Should I Delete Old Blog Posts?
Understanding post content and SEO.
As a veteran nonprofit professional and the operator of Dot Org Web Works, I hope that this article will be helpful to you and your organization’s mission.
The question of keeping or deleting old blog posts (along with certain pages) within your website archive when they are no longer fresh is a question that does not come up as often as it should. For a lot of my clients, “out of sight is out of mind” is reason enough to avoid yet another task. But periodic archive “house cleaning” is important. And your SEO position will depend on your diligence.
Well, should I?
To answer the title question: “Should I delete old posts?” the short answer is yes—but only if they’re irrelevant.
“But wait!” you reply. “Is it not better to just keep old posts going since search engines love websites with lots of content?”
Well, not really.
Indeed, search engines prioritize relevant content. However, they may penalize you for maintaining out-of-date content, especially if you’ve created a newer post with a similar topic. Moreover, keeping a cluttered archive can be taxing on your available website hosting storage. Having many old posts and pages to convert and inspect can make a website makeover more time-consuming and expensive.
With that said, not all outdated posts are to be treated the same way. Here are the basic three types to consider:
1. The evergreen content. This is material that continually provides value to your viewers well after it is initially published. This post you are now reading would be an example of that. Or, a post on the basic principles of nonprofit website design, is also a good example of evergreen content. This type of post should not be deleted, but the content may need to be refreshed from time to time to maintain accuracy. In fact, according to digital marketing guru, Neal Patel, refreshing old content can be very beneficial to your SEO since the item is already indexed, and you won’t need to completely rewrite a replacement post.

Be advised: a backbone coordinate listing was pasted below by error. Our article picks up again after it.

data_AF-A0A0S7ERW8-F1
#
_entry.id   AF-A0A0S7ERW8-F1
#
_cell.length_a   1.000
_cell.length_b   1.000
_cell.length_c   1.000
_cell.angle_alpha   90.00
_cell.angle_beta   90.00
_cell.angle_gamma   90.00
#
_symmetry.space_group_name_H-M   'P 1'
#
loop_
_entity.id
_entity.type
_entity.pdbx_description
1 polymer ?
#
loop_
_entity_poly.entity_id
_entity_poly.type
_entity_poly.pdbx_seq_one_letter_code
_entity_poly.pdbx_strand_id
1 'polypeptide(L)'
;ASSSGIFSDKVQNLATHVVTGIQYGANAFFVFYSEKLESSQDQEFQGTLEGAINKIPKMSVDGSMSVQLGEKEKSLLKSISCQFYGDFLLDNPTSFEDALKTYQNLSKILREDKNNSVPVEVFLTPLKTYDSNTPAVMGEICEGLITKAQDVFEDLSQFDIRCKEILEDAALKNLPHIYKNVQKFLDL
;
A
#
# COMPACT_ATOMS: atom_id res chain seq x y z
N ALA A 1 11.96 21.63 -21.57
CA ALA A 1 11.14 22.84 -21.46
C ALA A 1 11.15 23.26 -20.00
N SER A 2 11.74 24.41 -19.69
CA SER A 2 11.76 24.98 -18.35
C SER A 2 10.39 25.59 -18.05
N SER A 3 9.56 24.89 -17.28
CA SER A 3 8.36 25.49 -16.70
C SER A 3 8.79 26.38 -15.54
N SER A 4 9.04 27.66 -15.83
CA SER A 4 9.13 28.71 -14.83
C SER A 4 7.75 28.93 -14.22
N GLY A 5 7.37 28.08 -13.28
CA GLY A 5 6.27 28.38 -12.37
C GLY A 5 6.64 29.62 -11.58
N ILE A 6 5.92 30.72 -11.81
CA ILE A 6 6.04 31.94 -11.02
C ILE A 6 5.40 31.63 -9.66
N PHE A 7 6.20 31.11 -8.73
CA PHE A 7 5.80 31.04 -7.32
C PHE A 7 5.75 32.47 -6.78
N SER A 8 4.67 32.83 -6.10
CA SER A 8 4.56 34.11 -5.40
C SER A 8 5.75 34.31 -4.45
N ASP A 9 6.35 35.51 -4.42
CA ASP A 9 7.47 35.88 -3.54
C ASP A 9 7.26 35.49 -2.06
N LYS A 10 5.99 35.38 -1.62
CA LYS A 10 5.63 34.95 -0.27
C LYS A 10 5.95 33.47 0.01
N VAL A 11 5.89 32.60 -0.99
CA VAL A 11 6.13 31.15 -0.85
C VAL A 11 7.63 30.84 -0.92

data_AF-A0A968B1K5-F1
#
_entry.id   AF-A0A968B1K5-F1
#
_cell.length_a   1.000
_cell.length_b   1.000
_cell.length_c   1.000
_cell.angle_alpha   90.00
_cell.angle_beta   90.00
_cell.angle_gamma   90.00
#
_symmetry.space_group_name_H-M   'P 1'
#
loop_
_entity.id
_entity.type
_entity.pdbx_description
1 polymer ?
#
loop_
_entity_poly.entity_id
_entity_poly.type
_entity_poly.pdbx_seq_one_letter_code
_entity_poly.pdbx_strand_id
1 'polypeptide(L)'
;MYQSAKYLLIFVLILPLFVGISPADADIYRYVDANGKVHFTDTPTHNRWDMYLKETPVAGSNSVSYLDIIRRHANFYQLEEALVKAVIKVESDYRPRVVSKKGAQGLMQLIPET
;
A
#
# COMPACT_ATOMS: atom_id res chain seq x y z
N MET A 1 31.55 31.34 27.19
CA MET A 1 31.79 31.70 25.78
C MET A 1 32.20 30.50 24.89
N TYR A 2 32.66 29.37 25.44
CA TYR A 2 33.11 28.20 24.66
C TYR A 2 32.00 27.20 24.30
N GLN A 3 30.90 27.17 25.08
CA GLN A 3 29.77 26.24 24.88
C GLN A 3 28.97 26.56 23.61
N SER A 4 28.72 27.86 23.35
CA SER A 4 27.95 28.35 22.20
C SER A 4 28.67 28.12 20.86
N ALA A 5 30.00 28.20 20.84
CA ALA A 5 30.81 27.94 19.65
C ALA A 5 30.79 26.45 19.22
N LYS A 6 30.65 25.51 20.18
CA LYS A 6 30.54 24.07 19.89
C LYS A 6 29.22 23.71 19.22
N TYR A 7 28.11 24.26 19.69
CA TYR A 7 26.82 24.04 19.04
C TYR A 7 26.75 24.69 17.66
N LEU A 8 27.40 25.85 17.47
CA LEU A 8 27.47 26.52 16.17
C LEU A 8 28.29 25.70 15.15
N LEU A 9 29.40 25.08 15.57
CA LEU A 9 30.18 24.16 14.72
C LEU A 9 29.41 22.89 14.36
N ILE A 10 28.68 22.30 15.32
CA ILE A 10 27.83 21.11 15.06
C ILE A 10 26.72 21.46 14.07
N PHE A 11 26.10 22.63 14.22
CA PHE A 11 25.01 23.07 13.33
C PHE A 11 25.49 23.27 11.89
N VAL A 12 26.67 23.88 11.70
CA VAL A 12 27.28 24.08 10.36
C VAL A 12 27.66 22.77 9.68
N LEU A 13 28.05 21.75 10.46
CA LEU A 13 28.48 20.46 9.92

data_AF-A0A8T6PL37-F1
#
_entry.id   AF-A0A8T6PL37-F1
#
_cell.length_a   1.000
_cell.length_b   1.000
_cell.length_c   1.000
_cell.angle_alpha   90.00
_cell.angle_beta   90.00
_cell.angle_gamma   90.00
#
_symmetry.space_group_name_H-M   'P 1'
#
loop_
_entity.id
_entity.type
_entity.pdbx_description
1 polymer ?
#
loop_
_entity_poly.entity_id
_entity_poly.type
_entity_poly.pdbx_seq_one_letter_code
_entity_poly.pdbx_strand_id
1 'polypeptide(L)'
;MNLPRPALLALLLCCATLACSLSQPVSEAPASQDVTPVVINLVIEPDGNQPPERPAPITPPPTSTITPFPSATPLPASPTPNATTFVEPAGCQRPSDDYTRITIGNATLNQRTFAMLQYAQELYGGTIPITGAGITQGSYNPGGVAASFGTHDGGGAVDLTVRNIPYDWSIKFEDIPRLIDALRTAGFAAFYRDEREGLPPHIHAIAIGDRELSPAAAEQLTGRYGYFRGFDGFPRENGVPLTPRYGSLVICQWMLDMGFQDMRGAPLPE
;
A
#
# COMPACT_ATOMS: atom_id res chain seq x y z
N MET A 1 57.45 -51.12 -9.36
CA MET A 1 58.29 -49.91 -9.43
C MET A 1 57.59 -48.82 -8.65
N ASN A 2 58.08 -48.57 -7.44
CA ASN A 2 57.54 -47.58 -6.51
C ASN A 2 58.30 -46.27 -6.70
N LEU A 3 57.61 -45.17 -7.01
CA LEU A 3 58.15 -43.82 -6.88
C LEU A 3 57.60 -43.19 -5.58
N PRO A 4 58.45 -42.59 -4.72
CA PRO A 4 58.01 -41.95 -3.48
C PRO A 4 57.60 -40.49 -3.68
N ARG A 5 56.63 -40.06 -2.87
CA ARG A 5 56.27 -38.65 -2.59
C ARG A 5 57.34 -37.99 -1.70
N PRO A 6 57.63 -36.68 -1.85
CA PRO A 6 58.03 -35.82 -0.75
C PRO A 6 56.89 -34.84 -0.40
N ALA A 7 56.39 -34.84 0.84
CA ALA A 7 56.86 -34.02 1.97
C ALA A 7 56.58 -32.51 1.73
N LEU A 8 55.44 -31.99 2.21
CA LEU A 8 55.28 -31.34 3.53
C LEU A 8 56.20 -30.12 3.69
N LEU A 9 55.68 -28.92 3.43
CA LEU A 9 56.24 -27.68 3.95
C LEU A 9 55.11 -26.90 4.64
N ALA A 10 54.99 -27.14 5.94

2. Salvageable content. This is content that also has a long shelf-life. It could be a post on requirements for housing subsidies in Portland. Or, why WordPress is the CMS of choice for most nonprofits. The overriding information remains very relevant, but specifics always need to be updated. And just like evergreen content, recycled posts tend to be very beneficial to SEO. Your old post’s URL may have backlinks, which you don’t want to lose.
3. Unsalvageable content. This type of post should be deleted from your archive. Obvious examples include special announcements, event promotions, welcoming messages, and those sorts of time-dated articles. Keeping these irrelevant pieces can harm your SEO position.
The best way to remember if a post is worth keeping is to ask yourself “Is this article still relevant?” If it is, and the content is still accurate, then search engines (e.g.: Google) will reward you for it. But if the article is not useful and irrelevant, Google will treat it not unlike a supervisor would treat an employee with an exceptionally cluttered desk and unmaintained file system.
I hope this article has provided valuable insights into blog post management. If you have any questions or want to learn more about our services, please do not hesitate to contact us.